Expand Your Elevator Pitch


Build Narrative Into Your Presentations


Lesson Info

Expand Your Elevator Pitch

Expanding your elevator pitch. We did that a little bit in the way that John gave his origin story in another exercise, but an elevator pitch is something that we all have to give in a multitude of ways. It could be how you moved to where you live, or how you got a job, or how you met your significant other. There's many different elevator pitches, and it's really important to kinda focus on, how you tell the same story or the same pitch in different time boxes and time frames. And so that's what this exercise is really focusing on. Do you know how to contract and expand the same message? Because sometimes you may be given five minutes to give a talk or a presentation, and then it may go so well your, you know manager, or your colleague may say, "I'd like you to share that with the whole team, and the whole company." And you have twenty minutes. Do you know how to do that? Or do you do the first version and then someone says, "Hey I'd love you to tell the CEO, but she only has five min...

utes." Can you go the other direction. So that's what we're gonna do. We're gonna kinda play with time boxing the same presentation and message. So, like so many exercises we've done, I would love a volunteer, maybe someone that hasn't been up in a little while and would like to stretch their legs. Maybe that's the first incentive for you to get up. So who would like to play along? Very easy exercise. Should we give her a round of applause, here she comes. Yay! (applause) Thank you so much, I appreciate it. So we have the prompts up there. Something you need to pitch or talk about. So first let's talk about that, do you have something in your life or your career right now that you might need to tell people? You know, maybe it's a formal pitch, and maybe it's just something where you're getting to know people. I guess it's more so me introducing myself over and over as I'm new to the area and I'm starting the master's program, and just in general. Great so kinda that, I'm new to town version of your elevator pitch, and you're meeting people socially and professionally, and maybe that pitch is one and the same. So what we're gonna do is we're gonna start out with one minute on the clock if you don't mind. Thank you so much. And you're gonna have a minute to give us that pitch. So you're gonna do that iteration, and then we're gonna cut it in half. We're gonna give you 30 seconds. You're not going to do the first 30 seconds, or the second 30 seconds, you're gonna take that minute, and just consolidate it down to half the time. And then you're gonna do that again with 15 seconds. What is the really, you know, kinda concise heart of that message, and then you're gonna do it again in 5 seconds, which essentially equates to about a sentence, or maybe kinda a mission statement, and then we're just gonna for fun, boil it down to one word. Cause there might be like a word that not necessarily is the way you introduce yourself, you're not gonna be like, "Dump-truck, see you later." But it might be kinda a mantra you hold onto, and when we work with clients and speakers that are focusing on pitches like this, it's that word they have in their back pocket that is kind of like keeping their engine revved up. They know that that's why they're giving this talk, or it's really at the heart of it. So that's it, you're gonna do it that many iterations. It's gonna be the same message each time, does that make sense to you? Yes. Alright so a minute is on the clock, go right ahead. Hello, my name is Shaweet Johannes. I just moved to the bay area after living in Europe for the past four years. So I'll just start from uh, the beginning. So I previously was a broadcast engineer in the Army, but after my, service, I worked for the U.S. Government doing similar job. Kinda was over that, and I knew that there was something else out there for me so I decided let's explore, I'll go to Spain for one year, teach English, travel. That one year turned into two years, turned into two more years in Russia, which turned into me deciding I'm just gonna completely change my uh, career path and do a Master's in Business Analytics. So I'm here, I'd like to um, meet new people, find an industry within the Analytics um, realm, and uh, that's it. (timer dings) Alright give her a round of applause. Very good. (applause) So fantastic. You did a great job, that was 60 seconds, we're gonna now give you 30 seconds, and I want you to not think too hard about what needs to go what needs to stay, I just want you to think about like, the intention behind it. Which is you're trying to tell us about yourself, where you been, where you came from, and how you got here. And it'll be half the time. And it doesn't mean you have to like perfectly cut everything in half, and edit every perfect word on the fly. We're just gonna see what it feels like to have half that time to say the same thing. Okay. So, go ahead. Hi, My name is Shaweet, I've just moved to the area to do a master's in Business Analytics. Previously I was living in Europe, two years in Spain, two years in Russia teaching English. It was a very good experience. Before that I was also a broadcast engineer, so I know the technology field, but I would like to get back into it in a different arena, and I'd like to learn more about the industry here, while at the same time meeting new people in improv and personal professional levels. (timer dings) Wow! (applause) You nailed it, if this was a game show, you're going to the final round. (audience laughing) It is a game show! That was fantastic. So my observation was, because you had half the time, and it matters not it's just an observation, you started at the end that time, you didn't go chronologically, it makes no difference, it's just fun to see how people kinda change the structure of their narrative. So you started where you are now presently and then went back, and then kinda like time jumped again back to the present. You also spoke just a little bit faster. I have no problem with either version, but just observations. Like, what happens when you have less time to give your pitch? Do you edit the words and economize them? Or are you just trying to say the same thing in the same amount of time, you know, or the same amount of words in less time? And that's not really what you were doing, but you did kind of speed up a little bit. I think sometimes when people are given less time, they just say the same thing and go a hundred miles an hour. So that was a great job, I think you got everything out, but now you have half the time. You have 15 seconds. So not everything has to be there, think of it you know, it's called elevator pitch for a reason, that's why, you know, people have been using this concept for years. Can you get this amount of information out. I would like to see or say that this particular iteration is the equivalent of like riding up one floor with a person. So in 15 seconds, give us your pitch. Before I'm gonna get off the next stop. Or get off the next floor. Hi my name is Shaweet, I'm here doing a master's in Business Analytics. I do have a technology background, also a Veteran. I've also taught English in multiple countries, and I'd like to get to know this industry better, and learn through you. (timer dings) Alright great. (applause) And I left the elevator. Um, for this time, you're only gonna do five seconds. We're gonna put, if we can, thank you for being so flexible up there with the timing. So five seconds. And this is really one sentence. So maybe this is your personal mission statement, or maybe it's just that kinda memorable, way that you wanna describe yourself and who you are to people. But just think of it as that one sentence, distilled down. Okay. Hello my name is Shaweet, I've got a lot of experience all over the world, and I'm here to learn more in Business Analytics. (timer dings) Great let's do, let's do that one, first of all applaud. (applause) Let's do that one again. Can we get five seconds back on? Yeah that's really fast. And this is, this is just an exercise and a game like everything we're doing. We're not saying like, "Oh you must have the perfect," It might be, your mission statement might be seven seconds. It might be 10. Does not matter, we're just giving ourselves some structure. But let's try it again, now knowing how fast five seconds flies by, and see what you come up with. Shaweet here, Business Analytics major, I'd love to learn more with you guys. (timer dings) Very good. (applause) Great. And so it's not about the perfect version of that, it's about learning how to communicate for different situations with different audiences, with different time frames. Because sometimes you can be an amazing presenter and communicator, but you just give a little too much for that situation. Or you have way more time and you didn't give enough. This time I just want you to think about that one word, that really kinda sums up your pitch. And whatever that is, and it doesn't have, there is no right or wrong, and you may not even know what it is right now, but just share one word that you think really kinda sums it up. Okay. Exploration. Exploration. Give her a round of applause. (applause) Take a seat, yeah. And we did another exercise in another class where we listen to someone for a little bit, and then as a sounding board just gave them a word that we were hearing. So after she gave multiple iterations of that pitch, is there a word that came up for you as the audience? She said "exploration", but what did you hear? Experienced. Experienced. Anything else? Yes Jerry. Um, adventurer. Adventurer. Great! So, that's a fantastic exercise for anyone that needs to really figure out how to say the same message, the same pitch, the same talk, presentation, whatever you wanna call it, in a lot of different scenarios and formats. And it can go either way. With that one we were going down from a minute down to a word, and sometimes we do this with people who get overwhelmed, some of our speaker clients that have this wonderful first opportunity to give maybe a TED talk, and they've never given a 10 to 20 minute talk. Or maybe they've done TED talks and that is, that is something they're comfortable with but they've never done a 45 minute keynote. And sometimes we use this same exercise to kinda reverse engineer it, and go from a word or a mission statement, or the first sentence of the talk, and build it out. Because it's very intimidating to say, "Hey I'm gonna give a talk for an hour." It's the same with stand-up comedy as well, like a lot of comedians do a few minutes in the beginning at open mics, and it's really intimidating to build up to where you have to get to, you know, be in a club and be the opener or the feature or the headliner. So I think of presentations in that same way. The only way to do it is to just experiment. And just like with a lot of our exercises, just kind of do on your feet first drafts, just speak it, don't try to get it perfect, and also just record yourself. What is the one minute version? Cause you may say, "I don't need any, I don't need all these versions. All I need is the best one." And you may find that your 15 second version is perfect. And that's all you need when you introduce yourself to people.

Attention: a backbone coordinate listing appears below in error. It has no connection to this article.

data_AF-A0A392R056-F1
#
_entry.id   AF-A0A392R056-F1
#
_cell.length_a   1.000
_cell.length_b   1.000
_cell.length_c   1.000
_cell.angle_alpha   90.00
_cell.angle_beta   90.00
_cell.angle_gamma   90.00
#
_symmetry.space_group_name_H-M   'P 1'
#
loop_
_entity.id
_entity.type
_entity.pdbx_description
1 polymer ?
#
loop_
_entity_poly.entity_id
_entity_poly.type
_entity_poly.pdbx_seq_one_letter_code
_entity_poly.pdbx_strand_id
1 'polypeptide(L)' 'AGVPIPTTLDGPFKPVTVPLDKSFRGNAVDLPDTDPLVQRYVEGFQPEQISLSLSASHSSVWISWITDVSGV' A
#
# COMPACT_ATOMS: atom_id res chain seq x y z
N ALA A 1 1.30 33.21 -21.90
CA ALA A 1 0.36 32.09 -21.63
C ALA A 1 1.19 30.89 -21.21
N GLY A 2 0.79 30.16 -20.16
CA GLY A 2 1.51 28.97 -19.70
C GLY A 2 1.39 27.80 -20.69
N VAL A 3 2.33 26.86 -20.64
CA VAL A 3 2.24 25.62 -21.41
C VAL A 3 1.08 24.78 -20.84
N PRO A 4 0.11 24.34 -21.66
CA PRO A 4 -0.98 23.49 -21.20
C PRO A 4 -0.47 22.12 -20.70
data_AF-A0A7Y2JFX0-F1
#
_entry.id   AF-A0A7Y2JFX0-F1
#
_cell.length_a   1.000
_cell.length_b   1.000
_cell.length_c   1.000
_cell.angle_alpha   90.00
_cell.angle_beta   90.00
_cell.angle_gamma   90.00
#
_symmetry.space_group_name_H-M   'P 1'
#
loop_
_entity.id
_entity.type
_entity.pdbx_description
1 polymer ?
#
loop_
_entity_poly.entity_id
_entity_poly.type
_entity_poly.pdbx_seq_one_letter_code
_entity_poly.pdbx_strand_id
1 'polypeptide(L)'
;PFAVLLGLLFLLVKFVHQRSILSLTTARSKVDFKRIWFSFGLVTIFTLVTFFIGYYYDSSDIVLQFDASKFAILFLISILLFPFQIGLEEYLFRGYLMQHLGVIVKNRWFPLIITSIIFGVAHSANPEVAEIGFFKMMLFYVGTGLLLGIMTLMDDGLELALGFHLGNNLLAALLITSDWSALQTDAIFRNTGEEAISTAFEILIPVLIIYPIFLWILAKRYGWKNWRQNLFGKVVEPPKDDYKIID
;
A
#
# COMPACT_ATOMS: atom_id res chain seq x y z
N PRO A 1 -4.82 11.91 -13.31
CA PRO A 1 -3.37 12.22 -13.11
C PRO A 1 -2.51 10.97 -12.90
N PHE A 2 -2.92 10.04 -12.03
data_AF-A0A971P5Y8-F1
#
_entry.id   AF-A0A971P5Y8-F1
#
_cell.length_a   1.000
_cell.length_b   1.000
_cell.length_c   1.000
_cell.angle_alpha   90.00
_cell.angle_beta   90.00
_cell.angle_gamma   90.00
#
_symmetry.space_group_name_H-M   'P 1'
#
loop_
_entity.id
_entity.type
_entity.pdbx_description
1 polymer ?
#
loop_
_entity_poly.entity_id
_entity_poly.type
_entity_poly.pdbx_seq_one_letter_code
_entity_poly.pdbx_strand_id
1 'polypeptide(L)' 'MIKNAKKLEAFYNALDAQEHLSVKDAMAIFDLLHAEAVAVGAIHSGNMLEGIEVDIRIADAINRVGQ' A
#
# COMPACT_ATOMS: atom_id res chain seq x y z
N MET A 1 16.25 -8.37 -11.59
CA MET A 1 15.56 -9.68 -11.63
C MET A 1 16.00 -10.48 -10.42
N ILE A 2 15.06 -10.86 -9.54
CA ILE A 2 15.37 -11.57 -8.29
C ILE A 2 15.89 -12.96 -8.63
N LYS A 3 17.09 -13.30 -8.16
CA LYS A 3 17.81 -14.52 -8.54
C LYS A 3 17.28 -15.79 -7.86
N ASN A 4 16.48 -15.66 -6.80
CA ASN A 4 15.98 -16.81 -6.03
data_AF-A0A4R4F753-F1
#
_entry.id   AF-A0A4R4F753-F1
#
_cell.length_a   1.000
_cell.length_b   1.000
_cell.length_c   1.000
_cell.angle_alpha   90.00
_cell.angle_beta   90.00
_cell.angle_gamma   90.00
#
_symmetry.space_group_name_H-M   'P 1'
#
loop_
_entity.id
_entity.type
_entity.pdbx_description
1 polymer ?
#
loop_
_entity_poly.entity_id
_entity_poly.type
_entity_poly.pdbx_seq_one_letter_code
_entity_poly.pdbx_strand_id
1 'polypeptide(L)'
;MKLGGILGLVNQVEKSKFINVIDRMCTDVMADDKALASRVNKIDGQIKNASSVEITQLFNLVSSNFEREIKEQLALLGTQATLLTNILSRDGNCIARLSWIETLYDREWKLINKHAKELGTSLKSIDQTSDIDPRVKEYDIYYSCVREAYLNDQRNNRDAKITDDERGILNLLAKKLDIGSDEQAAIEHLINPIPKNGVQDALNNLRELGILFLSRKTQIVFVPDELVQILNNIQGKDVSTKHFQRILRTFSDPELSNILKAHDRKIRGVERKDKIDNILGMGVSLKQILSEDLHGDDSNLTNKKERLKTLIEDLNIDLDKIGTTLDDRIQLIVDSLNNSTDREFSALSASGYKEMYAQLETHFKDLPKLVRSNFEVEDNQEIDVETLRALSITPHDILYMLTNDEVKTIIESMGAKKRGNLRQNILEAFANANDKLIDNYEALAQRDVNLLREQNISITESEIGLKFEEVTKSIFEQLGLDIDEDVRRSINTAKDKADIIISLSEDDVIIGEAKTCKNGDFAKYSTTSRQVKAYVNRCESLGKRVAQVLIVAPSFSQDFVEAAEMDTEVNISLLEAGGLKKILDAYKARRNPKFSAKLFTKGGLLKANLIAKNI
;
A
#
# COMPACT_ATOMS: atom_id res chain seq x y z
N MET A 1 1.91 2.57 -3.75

Class Description

When you watch a movie, read a book or even listen to a song, what’s the thing that draws you in? The story. By framing what you want to express within a narrative, you help people better understand, follow and care about what you’re saying.

Infusing stories in all of your business communications—from presentations to meetings to casual interactions—will get your colleagues to really listen to what you’re saying. They’ll also enjoy listening to you and never find you boring.

This class will help you develop ways to structure, create and explore narrative. We’ll use tried and true improvisational techniques as well easy, practical and applicable tools. By the end, you’ll be able to mesmerize your audiences and have them hanging on your every word.

In this class, you’ll learn how to:

  • Connect with others through story.
  • Use a story spine to craft your story, give it definition and develop mission visions.
  • Explore different ways to add story to everything you present and share.
  • Personalize your content so you can ease your nerves and establish deeper connections with your audience and colleagues.
  • Avoid presentations that are too long or too short, rambling, overly technical, and either too high level or too complex.
  • Conquer your stage fright by weaving in a familiar story so you can connect to yourself more deeply and feel a sense of calm on stage.
  • Inspire and engage your audience with a great hook that’s never boring.